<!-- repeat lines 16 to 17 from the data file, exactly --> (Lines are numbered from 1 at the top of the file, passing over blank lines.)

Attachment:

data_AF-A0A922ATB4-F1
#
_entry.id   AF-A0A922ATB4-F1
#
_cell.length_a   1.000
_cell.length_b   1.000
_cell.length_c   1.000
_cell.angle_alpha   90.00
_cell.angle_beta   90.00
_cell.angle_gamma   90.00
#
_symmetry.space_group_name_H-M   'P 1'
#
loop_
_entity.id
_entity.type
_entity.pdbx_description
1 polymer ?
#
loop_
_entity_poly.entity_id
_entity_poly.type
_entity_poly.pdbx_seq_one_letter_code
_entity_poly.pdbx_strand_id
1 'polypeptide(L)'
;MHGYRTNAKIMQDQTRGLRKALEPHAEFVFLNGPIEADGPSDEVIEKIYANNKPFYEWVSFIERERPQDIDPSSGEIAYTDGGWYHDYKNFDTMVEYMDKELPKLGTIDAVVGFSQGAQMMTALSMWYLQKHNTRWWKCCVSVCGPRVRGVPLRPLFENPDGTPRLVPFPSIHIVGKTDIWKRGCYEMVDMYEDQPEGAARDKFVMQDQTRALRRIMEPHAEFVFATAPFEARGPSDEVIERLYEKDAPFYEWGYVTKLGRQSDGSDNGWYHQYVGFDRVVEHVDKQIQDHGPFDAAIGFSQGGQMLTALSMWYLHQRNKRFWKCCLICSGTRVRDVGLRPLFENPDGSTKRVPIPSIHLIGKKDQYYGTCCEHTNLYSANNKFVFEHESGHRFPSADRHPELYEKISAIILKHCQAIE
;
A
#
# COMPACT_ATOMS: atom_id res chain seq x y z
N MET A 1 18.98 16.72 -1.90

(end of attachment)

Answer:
_entity.type
_entity.pdbx_description